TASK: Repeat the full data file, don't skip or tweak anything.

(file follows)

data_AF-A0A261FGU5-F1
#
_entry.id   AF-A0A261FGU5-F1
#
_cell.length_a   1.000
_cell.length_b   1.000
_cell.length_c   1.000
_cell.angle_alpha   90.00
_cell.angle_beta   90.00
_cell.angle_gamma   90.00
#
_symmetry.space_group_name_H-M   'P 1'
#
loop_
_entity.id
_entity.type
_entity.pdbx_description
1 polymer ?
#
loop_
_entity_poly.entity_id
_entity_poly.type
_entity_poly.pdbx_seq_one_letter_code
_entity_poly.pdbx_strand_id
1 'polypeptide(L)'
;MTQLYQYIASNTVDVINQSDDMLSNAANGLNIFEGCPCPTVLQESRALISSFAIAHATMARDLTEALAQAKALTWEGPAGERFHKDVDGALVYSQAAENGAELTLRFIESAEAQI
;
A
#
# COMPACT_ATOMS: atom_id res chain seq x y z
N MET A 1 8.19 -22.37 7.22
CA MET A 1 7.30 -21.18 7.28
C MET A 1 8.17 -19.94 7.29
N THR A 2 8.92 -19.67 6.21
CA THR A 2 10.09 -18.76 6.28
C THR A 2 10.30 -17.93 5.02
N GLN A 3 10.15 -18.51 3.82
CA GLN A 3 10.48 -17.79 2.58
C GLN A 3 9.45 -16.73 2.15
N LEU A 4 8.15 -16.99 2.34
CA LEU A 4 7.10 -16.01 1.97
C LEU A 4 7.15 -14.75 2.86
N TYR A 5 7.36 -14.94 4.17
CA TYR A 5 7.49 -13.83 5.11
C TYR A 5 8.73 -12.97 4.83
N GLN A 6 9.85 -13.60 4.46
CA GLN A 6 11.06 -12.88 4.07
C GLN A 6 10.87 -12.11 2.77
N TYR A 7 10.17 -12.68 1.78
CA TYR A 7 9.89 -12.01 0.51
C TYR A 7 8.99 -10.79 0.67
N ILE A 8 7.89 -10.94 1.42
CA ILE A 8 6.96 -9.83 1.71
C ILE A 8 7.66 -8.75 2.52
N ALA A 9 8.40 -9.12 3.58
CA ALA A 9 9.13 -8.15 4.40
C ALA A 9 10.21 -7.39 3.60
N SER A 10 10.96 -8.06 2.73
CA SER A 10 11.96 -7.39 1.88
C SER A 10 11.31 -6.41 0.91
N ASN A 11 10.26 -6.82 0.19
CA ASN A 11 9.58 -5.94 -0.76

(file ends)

data_AF-A0A261FGU5-F1
#
_entry.id   AF-A0A261FGU5-F1
#
_cell.length_a   1.000
_cell.length_b   1.000
_cell.length_c   1.000
_cell.angle_alpha   90.00
_cell.angle_beta   90.00
_cell.angle_gamma   90.00
#
_symmetry.space_group_name_H-M   'P 1'
#
loop_
_entity.id
_entity.type
_entity.pdbx_description
1 polymer ?
#
loop_
_entity_poly.entity_id
_entity_poly.type
_entity_poly.pdbx_seq_one_letter_code
_entity_poly.pdbx_strand_id
1 'polypeptide(L)'
;MTQLYQYIASNTVDVINQSDDMLSNAANGLNIFEGCPCPTVLQESRALISSFAIAHATMARDLTEALAQAKALTWEGPAGERFHKDVDGALVYSQAAENGAELTLRFIESAEAQI
;
A
#
# COMPACT_ATOMS: atom_id res chain seq x y z
N MET A 1 8.19 -22.37 7.22
CA MET A 1 7.30 -21.18 7.28
C MET A 1 8.17 -19.94 7.29
N THR A 2 8.92 -19.67 6.21
CA THR A 2 10.09 -18.76 6.28
C THR A 2 10.30 -17.93 5.02
N GLN A 3 10.15 -18.51 3.82
CA GLN A 3 10.48 -17.79 2.58
C GLN A 3 9.45 -16.73 2.15
N LEU A 4 8.15 -16.99 2.34
CA LEU A 4 7.10 -16.01 1.97
C LEU A 4 7.15 -14.75 2.86
N TYR A 5 7.36 -14.94 4.17
CA TYR A 5 7.49 -13.83 5.11
C TYR A 5 8.73 -12.97 4.83
N GLN A 6 9.85 -13.60 4.46
CA GLN A 6 11.06 -12.88 4.07
C GLN A 6 10.87 -12.11 2.77
N TYR A 7 10.17 -12.68 1.78
CA TYR A 7 9.89 -12.01 0.51
C TYR A 7 8.99 -10.79 0.67
N ILE A 8 7.89 -10.94 1.42
CA ILE A 8 6.96 -9.83 1.71
C ILE A 8 7.66 -8.75 2.52
N ALA A 9 8.40 -9.12 3.58
CA ALA A 9 9.13 -8.15 4.40
C ALA A 9 10.21 -7.39 3.60
N SER A 10 10.96 -8.06 2.73
CA SER A 10 11.96 -7.39 1.88
C SER A 10 11.31 -6.41 0.91
N ASN A 11 10.26 -6.82 0.19
CA ASN A 11 9.58 -5.94 -0.76